Posted : 2010-09-28 18:08
Updated : 2010-09-28 18:08

Seoul wants G20 secretariat in Seoul

Sakong Il
Top G20 Seoul summit organizer
By Cho Jin-seo

Sakong Il, the chairman of the Presidential Committee for the G20 Summit, said Tuesday that the meeting of the world's 20 largest economies needs to become a permanent institution with a fixed secretariat office, so that it can replace at least some of the duties undertaken by the G8 as a global decision-making body.

The chairman's remark echoes escalating calls for wider and more consistent international cooperation, amid rising tension about protectionism among the world's bigger economies, such as China, Japan and the United States.

It is also in line with the wish of emerging economies, including Korea, to get better representation in the global political and economic decision-making process, which has largely been dominated by Europe and North America.

The idea of having a G20 secretariat was first raised by French President Nicholas Sarkozy in August, and formal discussions are to follow from November, Sakong said.

“We welcome President Sarkozy's proposal to establish a G20 secretariat,” Sakong said in an opening speech at a symposium in Seoul, which was jointly held by the Korea Development Institute and the Brookings Institution from the United States. “When the Seoul Summit is held successfully, then official discussions will begin on the institutionalization of the G20.”

The G20 leaders have met twice a year since the outbreak of the global financial crisis in 2008. Four cities have hosted the summits and officials of the host country played the role of mediator on various issues regarding an economic recovery and financial regulation reform.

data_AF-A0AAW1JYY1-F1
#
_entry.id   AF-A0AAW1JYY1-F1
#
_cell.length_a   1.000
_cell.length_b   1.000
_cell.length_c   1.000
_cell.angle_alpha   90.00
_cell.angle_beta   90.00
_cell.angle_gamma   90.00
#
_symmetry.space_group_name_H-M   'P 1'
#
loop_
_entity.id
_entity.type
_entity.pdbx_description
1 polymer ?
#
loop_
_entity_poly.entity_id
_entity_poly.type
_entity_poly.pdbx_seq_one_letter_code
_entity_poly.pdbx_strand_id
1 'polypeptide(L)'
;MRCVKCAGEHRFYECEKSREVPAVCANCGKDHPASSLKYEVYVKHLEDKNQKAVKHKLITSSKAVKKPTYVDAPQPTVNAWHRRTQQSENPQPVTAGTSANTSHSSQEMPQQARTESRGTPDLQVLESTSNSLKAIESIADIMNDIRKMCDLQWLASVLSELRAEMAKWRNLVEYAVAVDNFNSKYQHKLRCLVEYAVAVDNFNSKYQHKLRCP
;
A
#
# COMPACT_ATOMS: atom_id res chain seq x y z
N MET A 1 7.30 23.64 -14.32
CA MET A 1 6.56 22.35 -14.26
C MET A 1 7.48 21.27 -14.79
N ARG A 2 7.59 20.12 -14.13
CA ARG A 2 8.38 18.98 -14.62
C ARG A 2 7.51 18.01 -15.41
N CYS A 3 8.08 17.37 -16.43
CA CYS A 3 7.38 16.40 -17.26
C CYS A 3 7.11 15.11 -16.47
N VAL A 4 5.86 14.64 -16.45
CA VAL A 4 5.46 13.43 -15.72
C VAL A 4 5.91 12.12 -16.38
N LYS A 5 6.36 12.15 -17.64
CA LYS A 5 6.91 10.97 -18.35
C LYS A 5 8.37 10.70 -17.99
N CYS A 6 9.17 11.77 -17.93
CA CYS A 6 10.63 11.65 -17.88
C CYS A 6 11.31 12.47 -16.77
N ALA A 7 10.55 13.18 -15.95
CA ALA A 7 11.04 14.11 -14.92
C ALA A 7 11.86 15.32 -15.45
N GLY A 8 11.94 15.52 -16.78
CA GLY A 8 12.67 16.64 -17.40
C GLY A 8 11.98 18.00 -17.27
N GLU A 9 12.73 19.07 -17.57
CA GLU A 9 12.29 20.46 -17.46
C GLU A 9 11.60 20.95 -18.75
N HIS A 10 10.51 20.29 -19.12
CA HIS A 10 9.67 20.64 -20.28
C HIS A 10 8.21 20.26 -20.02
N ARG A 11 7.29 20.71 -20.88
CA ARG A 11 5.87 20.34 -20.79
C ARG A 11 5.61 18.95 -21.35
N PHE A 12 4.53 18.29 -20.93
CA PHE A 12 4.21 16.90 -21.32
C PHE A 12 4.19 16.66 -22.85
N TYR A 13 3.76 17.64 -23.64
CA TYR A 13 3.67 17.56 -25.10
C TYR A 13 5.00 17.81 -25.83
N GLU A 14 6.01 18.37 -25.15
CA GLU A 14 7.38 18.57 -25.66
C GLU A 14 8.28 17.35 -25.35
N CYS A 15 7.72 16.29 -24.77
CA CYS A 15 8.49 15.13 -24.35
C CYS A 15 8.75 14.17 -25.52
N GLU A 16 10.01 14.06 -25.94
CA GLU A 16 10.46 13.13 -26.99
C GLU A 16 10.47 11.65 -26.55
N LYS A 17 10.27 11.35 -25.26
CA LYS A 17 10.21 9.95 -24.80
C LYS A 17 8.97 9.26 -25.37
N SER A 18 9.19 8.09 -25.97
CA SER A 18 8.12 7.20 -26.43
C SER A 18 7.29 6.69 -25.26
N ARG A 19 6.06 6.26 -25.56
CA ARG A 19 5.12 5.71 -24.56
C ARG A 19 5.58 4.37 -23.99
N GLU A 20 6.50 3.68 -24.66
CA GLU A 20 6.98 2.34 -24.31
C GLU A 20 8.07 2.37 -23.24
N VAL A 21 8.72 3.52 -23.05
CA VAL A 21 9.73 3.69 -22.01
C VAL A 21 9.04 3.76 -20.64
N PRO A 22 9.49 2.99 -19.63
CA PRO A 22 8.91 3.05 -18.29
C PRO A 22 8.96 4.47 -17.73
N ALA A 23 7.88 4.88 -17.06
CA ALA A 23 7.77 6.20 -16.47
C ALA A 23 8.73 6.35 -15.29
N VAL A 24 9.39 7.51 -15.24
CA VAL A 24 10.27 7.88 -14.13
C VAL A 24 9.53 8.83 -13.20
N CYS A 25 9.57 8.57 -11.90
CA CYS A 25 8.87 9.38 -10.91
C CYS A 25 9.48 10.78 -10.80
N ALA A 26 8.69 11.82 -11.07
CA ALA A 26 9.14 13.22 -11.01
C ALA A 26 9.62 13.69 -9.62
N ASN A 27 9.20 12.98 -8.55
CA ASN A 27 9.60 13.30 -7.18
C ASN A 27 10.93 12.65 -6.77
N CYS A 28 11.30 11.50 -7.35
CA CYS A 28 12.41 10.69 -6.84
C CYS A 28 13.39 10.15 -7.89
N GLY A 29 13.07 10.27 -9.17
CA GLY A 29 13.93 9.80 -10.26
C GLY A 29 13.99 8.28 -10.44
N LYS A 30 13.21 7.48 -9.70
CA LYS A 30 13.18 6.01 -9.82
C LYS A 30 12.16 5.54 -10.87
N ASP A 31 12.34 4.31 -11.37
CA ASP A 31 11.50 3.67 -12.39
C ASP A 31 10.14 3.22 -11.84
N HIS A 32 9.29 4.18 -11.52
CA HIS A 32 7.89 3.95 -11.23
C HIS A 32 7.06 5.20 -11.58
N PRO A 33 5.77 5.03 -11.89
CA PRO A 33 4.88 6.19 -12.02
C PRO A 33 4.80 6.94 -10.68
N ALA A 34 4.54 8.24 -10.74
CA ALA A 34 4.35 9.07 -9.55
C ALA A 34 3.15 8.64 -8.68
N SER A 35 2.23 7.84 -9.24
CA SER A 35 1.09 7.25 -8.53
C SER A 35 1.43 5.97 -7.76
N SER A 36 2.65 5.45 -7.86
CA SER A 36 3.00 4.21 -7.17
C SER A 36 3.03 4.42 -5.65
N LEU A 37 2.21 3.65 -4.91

There is no mandate on how long the 20 nations continue to hold the presidential meeting. It has only been decided that there will be only one summit next year in France and only one in Mexico in 2012.

Sarkozy rationalized that the G20 needs to create a secretariat, so it can oversee the implementation of its decisions effectively.

The Korean government has set up its own committee for November's Seoul Summit, where the G20 is to finalize most of the remaining financial reform issues after two years of tough negotiations. But the committee is in the form of a taskforce with people called up from various government departments, not a fixed institution. Most committee staff members believe they will have to find a new job after November.

Some countries, especially members of the G8, are known to be uncomfortable with the idea of expanding the G20. France, too, though it believes the G20 needs to have a home, has a different idea from Korea on the role of the secretariat.

While Korea wants to grow as the headquarters for global economic policy cooperation, France wants it to have a more general role in areas such as climate change and development.

Jacques Mistral, head of Economic Studies at the Institut Francais des Relations Internationales, said that the G20 should not undermine the International Monetary Fund (IMF) by trying to take over some of its duties.

“The G20 should not become an unnecessary addition to existing international institutions, given that the IMF already has a clear role as the global financial coordinator,” Mistral told The Korea Times on Monday during his visit to Seoul. He is France's advisor on G20 issues. The IMF is currently chaired by a Frenchman. “But if the G20 wants to expand in other areas such as climate control, then that is another matter,” he said.

Mistral also said that the discussion to institutionalize could get even more complicated, because the United States doesn't want to expand the G20's reach beyond economic issues, contrary to France's position.

“President Obama had said that it's an economic forum. He made a clear definition,” Mistral said, adding that the United States does not see the G20 completely replacing the G8 in political and especially military issues.
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